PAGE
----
What are the challenges faced by the Russian Orthodox Mission in India? What are the future prospects of the Church in India?
Well, challenges are many for eg. lack of clergy, translations of liturgical as well as theological texts, limitations in terms of resources, etc. but we are optimistic and trust in the providence of God. I believe future prospect of the Church in India is promising. The mission is growing not merely through our work but through the internet, through word of mouth, therefore, I see the direct intervention of God.

Do you face any issues with the government authorities or with any of the political parties in the country?
Not yet. However, we did encounter some problems when one of our members died and villagers boycotted her funeral and tried to provoke people because the funeral was arranged according to Orthodox Christian rite. But till not we haven’t faced any issues with government authorities or political parties.

Can you comment on the ecumenical and Pan-Orthodox relationship of the ROC in India with the Eastern and Oriental Orthodox Churches in the Indian Sub-Continent?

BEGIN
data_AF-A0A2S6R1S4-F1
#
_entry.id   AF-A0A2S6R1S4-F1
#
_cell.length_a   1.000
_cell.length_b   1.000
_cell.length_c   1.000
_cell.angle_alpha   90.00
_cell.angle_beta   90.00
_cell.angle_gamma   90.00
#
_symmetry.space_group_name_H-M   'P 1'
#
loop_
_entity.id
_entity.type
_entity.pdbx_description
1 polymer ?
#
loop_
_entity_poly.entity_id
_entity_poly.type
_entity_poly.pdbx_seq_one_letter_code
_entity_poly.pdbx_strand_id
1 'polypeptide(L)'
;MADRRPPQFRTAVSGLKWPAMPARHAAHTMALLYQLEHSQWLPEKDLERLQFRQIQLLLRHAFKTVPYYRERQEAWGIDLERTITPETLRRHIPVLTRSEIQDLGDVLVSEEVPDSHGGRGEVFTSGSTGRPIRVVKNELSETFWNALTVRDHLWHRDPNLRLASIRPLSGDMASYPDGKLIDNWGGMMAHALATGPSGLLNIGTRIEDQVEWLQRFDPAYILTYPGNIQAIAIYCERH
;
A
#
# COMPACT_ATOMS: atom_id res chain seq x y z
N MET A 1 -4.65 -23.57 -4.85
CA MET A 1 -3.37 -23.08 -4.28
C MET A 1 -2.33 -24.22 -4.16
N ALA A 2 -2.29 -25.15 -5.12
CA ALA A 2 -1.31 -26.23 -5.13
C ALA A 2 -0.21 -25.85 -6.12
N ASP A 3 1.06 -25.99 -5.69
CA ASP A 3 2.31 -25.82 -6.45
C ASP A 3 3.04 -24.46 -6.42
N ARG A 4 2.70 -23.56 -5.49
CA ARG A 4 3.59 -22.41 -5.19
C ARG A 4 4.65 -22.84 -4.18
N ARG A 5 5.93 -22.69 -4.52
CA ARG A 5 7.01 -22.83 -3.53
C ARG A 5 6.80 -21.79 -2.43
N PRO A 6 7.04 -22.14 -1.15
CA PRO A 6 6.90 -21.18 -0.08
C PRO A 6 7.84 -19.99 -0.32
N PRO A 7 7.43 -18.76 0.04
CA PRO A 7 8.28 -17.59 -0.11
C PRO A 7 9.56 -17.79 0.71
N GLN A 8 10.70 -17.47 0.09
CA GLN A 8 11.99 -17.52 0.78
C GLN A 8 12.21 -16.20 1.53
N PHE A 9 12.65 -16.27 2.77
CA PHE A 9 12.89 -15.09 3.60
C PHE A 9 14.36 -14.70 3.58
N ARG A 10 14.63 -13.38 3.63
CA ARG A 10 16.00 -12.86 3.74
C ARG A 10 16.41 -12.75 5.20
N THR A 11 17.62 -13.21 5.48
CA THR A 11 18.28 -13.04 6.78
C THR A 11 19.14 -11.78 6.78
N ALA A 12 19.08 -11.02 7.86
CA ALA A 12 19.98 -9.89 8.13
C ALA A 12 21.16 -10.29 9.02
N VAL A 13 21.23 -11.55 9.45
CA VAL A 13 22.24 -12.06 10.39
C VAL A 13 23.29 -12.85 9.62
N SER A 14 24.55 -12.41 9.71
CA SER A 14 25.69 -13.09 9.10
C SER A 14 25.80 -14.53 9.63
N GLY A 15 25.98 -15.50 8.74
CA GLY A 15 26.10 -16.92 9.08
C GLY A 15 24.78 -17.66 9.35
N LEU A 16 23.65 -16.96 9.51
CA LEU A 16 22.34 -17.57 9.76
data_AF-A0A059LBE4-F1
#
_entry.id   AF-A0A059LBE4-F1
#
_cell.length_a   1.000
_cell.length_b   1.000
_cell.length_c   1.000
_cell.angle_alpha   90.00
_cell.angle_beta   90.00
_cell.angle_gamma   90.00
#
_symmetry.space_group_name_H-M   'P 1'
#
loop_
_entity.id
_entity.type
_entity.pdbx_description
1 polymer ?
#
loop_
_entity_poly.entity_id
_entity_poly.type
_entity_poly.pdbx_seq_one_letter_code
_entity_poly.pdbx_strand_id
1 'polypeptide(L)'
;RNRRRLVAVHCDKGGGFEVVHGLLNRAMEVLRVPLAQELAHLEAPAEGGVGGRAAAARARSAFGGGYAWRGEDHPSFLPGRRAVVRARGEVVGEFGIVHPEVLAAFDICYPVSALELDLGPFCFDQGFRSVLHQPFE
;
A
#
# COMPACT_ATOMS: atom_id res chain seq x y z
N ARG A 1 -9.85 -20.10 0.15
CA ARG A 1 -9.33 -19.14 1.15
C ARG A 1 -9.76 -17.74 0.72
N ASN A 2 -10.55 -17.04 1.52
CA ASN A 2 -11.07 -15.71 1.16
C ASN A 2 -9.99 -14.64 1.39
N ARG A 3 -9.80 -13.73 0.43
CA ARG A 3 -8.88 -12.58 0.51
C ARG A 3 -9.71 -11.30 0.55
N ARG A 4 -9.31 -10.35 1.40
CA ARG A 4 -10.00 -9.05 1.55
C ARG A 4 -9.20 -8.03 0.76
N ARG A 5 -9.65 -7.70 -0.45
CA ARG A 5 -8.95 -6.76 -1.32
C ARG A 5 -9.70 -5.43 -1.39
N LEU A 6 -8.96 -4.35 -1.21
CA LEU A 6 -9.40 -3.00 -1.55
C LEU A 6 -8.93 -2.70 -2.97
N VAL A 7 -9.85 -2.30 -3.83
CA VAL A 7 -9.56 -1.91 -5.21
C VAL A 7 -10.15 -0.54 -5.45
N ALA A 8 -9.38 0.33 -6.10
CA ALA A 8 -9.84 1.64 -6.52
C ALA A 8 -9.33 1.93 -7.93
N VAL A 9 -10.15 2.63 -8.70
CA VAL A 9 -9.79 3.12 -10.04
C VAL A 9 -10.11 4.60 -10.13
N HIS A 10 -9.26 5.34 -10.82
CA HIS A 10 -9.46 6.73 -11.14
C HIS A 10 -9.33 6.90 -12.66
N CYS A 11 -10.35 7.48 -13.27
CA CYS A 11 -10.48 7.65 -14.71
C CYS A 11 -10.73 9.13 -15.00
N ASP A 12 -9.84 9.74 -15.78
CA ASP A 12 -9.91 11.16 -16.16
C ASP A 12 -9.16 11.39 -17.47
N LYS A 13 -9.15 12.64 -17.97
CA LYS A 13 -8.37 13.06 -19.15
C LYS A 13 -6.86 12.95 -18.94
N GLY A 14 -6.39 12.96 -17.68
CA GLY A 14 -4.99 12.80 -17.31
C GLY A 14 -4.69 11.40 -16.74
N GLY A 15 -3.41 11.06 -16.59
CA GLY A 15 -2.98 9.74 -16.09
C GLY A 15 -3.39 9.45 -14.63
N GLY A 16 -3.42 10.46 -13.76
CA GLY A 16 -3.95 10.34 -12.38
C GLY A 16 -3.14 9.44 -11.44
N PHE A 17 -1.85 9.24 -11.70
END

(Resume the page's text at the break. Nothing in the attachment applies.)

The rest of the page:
Relationship of the Russian Orthodox and Syriac Orthodox Churches is a century old. The Russian Revolution paused this relationship for long. But steps were undertaken even during the Soviet era to sustain it. Presently the Russian Orthodox Church is encouraging a dialogue with the Malankara Orthodox Church in India (MOC). In the past Russian hierarchy visited Malankara Churches in India including Patriarch Pimen, Metropolitan Alexy of Tallinn and Estonia (later Patriarch 1990-2008) and Metropolitan Kirill of Smolensk and Kaliningrad (present Patriarch of Moscow and All Russia). The Church in India is continuing the same work on the local level. Being the official Russian Orthodox Church in India, it has a vital role to play in the bilateral relationship between Indian Churches and the Moscow Patriarchate. In the past, MOC provided us with their Church building to celebrate Christmas and Theophany and we additionally provided individuals from MOC with spiritual guides. We hope this cooperation will grow even considerably better.